Photograph courtesy of Zeb Stevenson
13 Questions is a weekly series where we ask chefs 13 questions to get to know them outside of the kitchen. Zeb Stevenson is the executive chef at Watershed on Peachtree.
What was your first start in the restaurant industry?
I left Cornell after two years. I spent a couple of years directionlessly traveling around the country, and I landed with some friends in Bloomington, Indiana. One of my buddies got me a job washing dishes at a Waffle House. I fell in love immediately. It was so much more exciting and dynamic than any environment I’d been in. It was this band of misfits that I fell into immediately. The love of food came in later.
What was the first dish you learned how to cook?
I remember a bistro in Bloomington I worked at in 1998-1999, where I made chicken with white tarragon sauce. I remember being very proud of it because up to that point I’d only done short-order cooking. The chef turned me loose on this dish . . . I sometimes have no idea how I got here. I always think of myself as this kid from trailer park Indiana.
When you aren’t cooking, what do you do for fun?
I lead a very active life. I spend a lot of time cycling and running. It keeps my energy level up so I can deal with everything else. And I spend a lot of time thinking and working on ideas. I have a chalkboard that I made on my wall of my dining room, so I write food ideas, things that are on my mind. I have a lot on my mind; I am very pensive, and sometimes I just have to get things out.
What was the last TV show you binge watched?
I really don’t watch much television at all, but I was sick over the Christmas holiday last year with the flu and laid up in bed, so I Netflixed every single episode Don’t Trust the B in Apartment 23.
You studied painting at Cornell. Do you still make art?
I do, though not as much as I would like to. I fall into this cycle of starting a piece, a painting or a drawing, and as soon as I get to a stage where I prove to myself I can still do it, I lose interest and stop. The most recent piece I’ve been working on was photo realism; it was a still life from my kitchen.
What’s your guilty pleasure snack food?
It was told to me by my mother that when she carrying me, she binged on popcorn. If there’s popcorn in the room, I will eat myself sick on it. I also have a hell of a sweet tooth. I love chocolate in all of its form as well. The kids at work have been instructed to keep me away from the chocolate, which is why I run and ride a bike. I inherited that from my father; he has an all-around sweet tooth.
You played bass at Taste of Atlanta recently. How long have you been playing, and are you in a band?
I started playing bass when I was 14 years old. I played in a lot of bands. The group I play in is an all chef band, The 5 Bone Rack. It’s a revolving cast of characters: Gary Mennie and I have been doing it for five to six years, Jamie Adams, Sheldon Wolfe, Chris Neff. Ted Lahey did it for a while, and Ford Fry was in it forever until he got too busy.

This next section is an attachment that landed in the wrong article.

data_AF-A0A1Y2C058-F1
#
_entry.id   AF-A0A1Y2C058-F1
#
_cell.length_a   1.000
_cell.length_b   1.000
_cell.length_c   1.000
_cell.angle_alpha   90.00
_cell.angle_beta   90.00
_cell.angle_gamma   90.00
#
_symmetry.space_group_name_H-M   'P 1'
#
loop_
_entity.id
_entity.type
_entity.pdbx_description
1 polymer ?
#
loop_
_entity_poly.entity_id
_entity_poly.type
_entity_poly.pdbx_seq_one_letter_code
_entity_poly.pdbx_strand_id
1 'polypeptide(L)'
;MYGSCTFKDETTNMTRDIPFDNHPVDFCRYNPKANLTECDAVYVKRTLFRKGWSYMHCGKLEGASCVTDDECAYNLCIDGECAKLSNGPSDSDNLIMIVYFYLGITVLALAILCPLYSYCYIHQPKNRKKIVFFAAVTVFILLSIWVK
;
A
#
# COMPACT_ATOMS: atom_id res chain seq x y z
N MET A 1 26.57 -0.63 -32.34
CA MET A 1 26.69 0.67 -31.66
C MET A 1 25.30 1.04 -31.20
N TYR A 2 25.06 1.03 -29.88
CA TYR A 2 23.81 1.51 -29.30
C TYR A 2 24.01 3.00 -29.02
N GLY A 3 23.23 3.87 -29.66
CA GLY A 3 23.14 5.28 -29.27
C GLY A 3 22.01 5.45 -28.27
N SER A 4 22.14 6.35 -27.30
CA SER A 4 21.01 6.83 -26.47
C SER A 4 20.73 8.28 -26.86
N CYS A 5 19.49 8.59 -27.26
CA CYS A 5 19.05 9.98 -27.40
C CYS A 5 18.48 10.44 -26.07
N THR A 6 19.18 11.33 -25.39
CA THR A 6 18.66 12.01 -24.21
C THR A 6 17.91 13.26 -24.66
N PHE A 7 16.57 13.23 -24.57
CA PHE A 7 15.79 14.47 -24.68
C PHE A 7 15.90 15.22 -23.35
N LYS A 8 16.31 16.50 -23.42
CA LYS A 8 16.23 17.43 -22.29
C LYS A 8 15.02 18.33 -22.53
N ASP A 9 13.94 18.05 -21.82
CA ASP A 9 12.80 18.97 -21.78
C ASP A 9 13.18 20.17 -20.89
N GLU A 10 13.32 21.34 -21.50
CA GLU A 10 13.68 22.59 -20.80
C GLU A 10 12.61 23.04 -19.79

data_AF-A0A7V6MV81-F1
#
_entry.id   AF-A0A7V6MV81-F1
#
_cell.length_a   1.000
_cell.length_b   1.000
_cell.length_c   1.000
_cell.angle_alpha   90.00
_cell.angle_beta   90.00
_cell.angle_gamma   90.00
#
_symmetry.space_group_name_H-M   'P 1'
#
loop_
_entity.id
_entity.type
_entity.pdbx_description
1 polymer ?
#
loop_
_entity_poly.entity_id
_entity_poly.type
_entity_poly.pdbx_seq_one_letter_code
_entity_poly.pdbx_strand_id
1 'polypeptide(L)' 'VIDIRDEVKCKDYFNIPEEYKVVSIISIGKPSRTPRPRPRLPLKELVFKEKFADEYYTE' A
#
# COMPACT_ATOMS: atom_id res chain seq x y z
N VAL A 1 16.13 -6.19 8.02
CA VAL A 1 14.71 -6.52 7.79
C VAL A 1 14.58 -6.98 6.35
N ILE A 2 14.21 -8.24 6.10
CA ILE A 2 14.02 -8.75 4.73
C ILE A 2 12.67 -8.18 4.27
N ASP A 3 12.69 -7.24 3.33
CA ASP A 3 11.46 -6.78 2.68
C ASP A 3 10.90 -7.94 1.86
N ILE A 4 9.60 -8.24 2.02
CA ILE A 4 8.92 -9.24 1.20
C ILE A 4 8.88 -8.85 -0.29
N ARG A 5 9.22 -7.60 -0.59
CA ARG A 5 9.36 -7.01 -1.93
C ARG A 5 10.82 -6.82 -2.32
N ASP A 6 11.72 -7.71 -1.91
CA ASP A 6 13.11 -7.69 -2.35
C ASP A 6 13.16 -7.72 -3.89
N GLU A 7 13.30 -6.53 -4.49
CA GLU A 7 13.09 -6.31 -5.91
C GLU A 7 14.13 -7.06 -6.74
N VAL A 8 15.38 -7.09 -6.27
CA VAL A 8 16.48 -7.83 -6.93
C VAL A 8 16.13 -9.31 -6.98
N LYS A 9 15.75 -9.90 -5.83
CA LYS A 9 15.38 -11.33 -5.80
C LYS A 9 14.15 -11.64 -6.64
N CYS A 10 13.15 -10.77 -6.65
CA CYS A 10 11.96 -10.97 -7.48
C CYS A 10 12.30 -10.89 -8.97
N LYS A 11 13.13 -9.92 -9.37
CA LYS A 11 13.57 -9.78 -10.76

You famously hosted a blood dinner in 2012. What’s the next obscure ingredient you’d like to plan a menu around?
That set the bar so high that I don’t know what you’d do to top it. My desire to gravitate toward obscure ingredients has waned; it’s a been there done that. The blood dinner was like I showed up to the duel, fired all six shots, put the gun down, and went home.
As a Midwesterner, what was the biggest culture shock you had moving to the South?
I’ve lived in Atlanta for 15 years now, but I never ate grits before I moved down here, and I didn’t even know what they were. I remember the first time I went out for breakfast when I moved here, and the grits just came with the food.
If you could ask Edna Lewis one question, what would it be?
How to make a proper johnnycake. It’s the one thing I still just can’t get my head around. It’s simple, but I know there’s something I am missing.
What’s your favorite city to visit on vacation?
I was recently in Chicago. I hadn’t been to Chicago for 20 years. I was stunned. The food scene is outstanding; it was so varied and so good and so intense. I was at Longman & Eagle, and they just slayed it.
What’s your least favorite ingredient or dish in the Southern food sphere?
Okra isn’t my favorite thing. I didn’t grow up eating it. Okra is one of those ingreidents that people develop childhood attachments to, but I tend to see it for what it is—oddly textured. But I cook with it.
If you were to open a food truck and serve only one dish, what would it be?
I am a big fan of the grilled cheese sandwich. It is my ultimate comfort food. The bread is very important; it has to be something with a little bit more elasticity like a potato bread. The cheese has got to be young enough that it melts effectively, but it also has to have lots of flavor; a young tomme style cheese works because the cheese should be a little funky. If you’ve got the right bread and the right cheese, you shouldn’t need to throw a lot more stuff on it.